Posted in Middle Grade, Non-fiction, Tween Reads

Get outside with your pup… for science! Dog Science Unleashed gives you ideas!

Dog Science Unleashed: Fun Activities To Do With Your Canine Companion, by Jodi Wheeler-Toppen/Photographs by Matthew Rakola, (Aug. 2018, National Geographic Kids), $12.99, ISBN: 9781426331534

Ages 8-13

Dog lovers and science fans will dive right into this NatGeo book that teaches kids all about their canine companions. There are 22 “safe and dog-friendly” activities in this volume, tested by 15 kid scientists and their pups, that will teach readers about their dogs’ senses, fitness, behavior, and grooming habits. There is a big emphasis on safety here, since we are talking about working and playing with dogs: notes to parents and kids remind readers about the importance of safety for humans and dogs alike, and if your dog isn’t into the activity you want to do? Respect the dog and walk away.

Every activity has a difficulty level and approximate active time, so you can gauge your energy and your dog’s energy. (When I’m half asleep first thing in the morning, my pup may be ready for a 15 minute race to see who’s faster, but I can assure you, I am not.) There are great color photos of dogs and humans being scientists together, and great callout facts to be discovered (and now I know why dogs have those slits on their noses). It’s a great way to bond with your dog and spend time learning together. A fun add to your nonfiction books, and a good gift for a dog and his or her human.

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Posted in Middle Grade, Non-Fiction, Non-fiction, Tween Reads

When you absolutely need to know Absolutely Everything…

Absolutely Everything! A History of Earth, Dinosaurs, Rulers, Robots and Other Things Too Numerous to Mention, by Christopher Lloyd/Illustrated by Andy Forshaw (Oct. 2018, What On Earth Books), $21.99, ISBN: 9781999802837

Ages 10-14

Absolutely Everything is the history of the world, organized into 15 chapters with catchy names like, “Nothing to Something” to describe the Big Bang and formation of the universe; “Meanwhile, in Asia”; “Medieval Misery”, and “To Be Continued”, which takes readers from 1945 to the present. Each chapter and era starts off with a two-page timeline of the time period covered, and is color coded along the page side, so readers can go directly to a desired time period with ease. The text is illustrated with color renderings and photos of animals, galaxies, people, and places.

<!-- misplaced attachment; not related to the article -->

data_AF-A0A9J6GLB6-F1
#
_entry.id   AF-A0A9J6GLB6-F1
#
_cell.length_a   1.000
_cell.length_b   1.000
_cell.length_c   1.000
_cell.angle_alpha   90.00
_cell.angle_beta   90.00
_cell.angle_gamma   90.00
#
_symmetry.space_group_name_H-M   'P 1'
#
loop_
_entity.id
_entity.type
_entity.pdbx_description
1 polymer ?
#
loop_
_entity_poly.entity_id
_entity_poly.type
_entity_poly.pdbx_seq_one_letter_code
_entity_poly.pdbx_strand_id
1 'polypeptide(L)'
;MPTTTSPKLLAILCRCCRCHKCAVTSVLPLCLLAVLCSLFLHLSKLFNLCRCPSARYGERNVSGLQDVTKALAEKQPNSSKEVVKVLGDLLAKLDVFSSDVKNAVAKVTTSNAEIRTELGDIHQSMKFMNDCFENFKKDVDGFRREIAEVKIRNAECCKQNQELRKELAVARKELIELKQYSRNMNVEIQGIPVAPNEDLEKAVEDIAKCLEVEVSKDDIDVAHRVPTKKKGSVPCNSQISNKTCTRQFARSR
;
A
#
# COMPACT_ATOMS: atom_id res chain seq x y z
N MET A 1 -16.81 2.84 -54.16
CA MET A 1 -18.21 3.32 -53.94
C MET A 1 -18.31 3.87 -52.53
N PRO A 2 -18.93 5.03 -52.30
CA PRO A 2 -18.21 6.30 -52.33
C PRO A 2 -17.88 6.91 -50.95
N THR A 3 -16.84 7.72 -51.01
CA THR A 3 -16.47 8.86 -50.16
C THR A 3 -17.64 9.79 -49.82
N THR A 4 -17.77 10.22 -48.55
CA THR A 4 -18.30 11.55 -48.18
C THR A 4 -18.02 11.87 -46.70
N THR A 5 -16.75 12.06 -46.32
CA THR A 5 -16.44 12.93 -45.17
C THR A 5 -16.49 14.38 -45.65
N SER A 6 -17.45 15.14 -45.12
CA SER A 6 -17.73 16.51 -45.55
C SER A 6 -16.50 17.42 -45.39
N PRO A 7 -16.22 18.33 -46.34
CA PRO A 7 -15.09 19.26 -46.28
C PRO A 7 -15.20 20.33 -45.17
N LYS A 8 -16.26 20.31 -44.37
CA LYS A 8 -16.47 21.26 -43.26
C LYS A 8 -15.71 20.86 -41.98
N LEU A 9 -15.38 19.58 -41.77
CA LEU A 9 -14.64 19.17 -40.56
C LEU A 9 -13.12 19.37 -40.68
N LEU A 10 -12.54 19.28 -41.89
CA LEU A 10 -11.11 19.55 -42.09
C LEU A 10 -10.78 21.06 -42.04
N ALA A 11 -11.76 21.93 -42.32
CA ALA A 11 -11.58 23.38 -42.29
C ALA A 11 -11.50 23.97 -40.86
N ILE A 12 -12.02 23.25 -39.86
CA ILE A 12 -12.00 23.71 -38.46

The text never speaks over kids’ heads or down to them; it’s engaging, smart, and taps into the cool factor of nonfiction by inviting readers to join the author on a journey. Christopher Lloyd uses inclusive, inviting language, whether he’s inviting readers go on an imaginary dive to check out Paleozoic creatures or asking them to imagine our brains as mind-reading technology that helps decode other languages. He makes learning a cooperative activity, and he does it by letting the reader guide his or her own experience. Back matter includes further reading, a glossary, and an index.

Absolutely Everything! is a nice desktop reference for students, and is a good jumping off point for nonfiction readers to find something they like and seek out more. If you have Christopher Lloyd’s Wallbooks, get them up and displayed – those fold-out timelines are great! The What on Earth? activity zone offers free downloadable teacher guides.

Posted in picture books, Preschool Reads

The Stuff of Stars explores the beauty in science, love

The Stuff of Stars, by Marion Dane Bauer/Illustrated by Ekua Holmes, (Sept. 2018, Candlewick), $17.99, ISBN: 9780763678838

Ages 4-8

“In the dark, in the dark, in the deep, deep dark…” with this opening phrase, Newbery Honor winner Marion Dane Bauer and Caledecott Honor winning illustrator Ekua Holmes create a breathtaking story of the Big Bang, our connection to the stars, and celebrate the miracle of birth.

Marion Dane Bauer’s lyrical verse, set to Ekua Holmes, swirling hand-cut, digitally assembled marbled paper artwork gives readers a sense of being part of something much larger than themselves. The verse cradles readers, carrying them through the waiting, first for the Bang! and its expansions that form the planets and stars; through the formation of our planet and the life upon it, and through more waiting, dreaming, growing… and then a final burst upon the world: a child, made of stardust, breathing the same air, made of the same carbon, that formed the earth so long ago. Finding the figures within the ebb and flow of the greater art spreads cements our connection to the earth and one another. The book leaves me feeling small, yet overflowing with gratitude, every time I read it; whether I’m cuddled with my son, or I’m by myself and just want the comfort of its pages.

An absolute must-read, and a wonderful addition to picture book collections, fiction or non-fiction. Pair this with Jordan Crane’s graphic novel, We Are All Me, for exciting new takes on the science of life.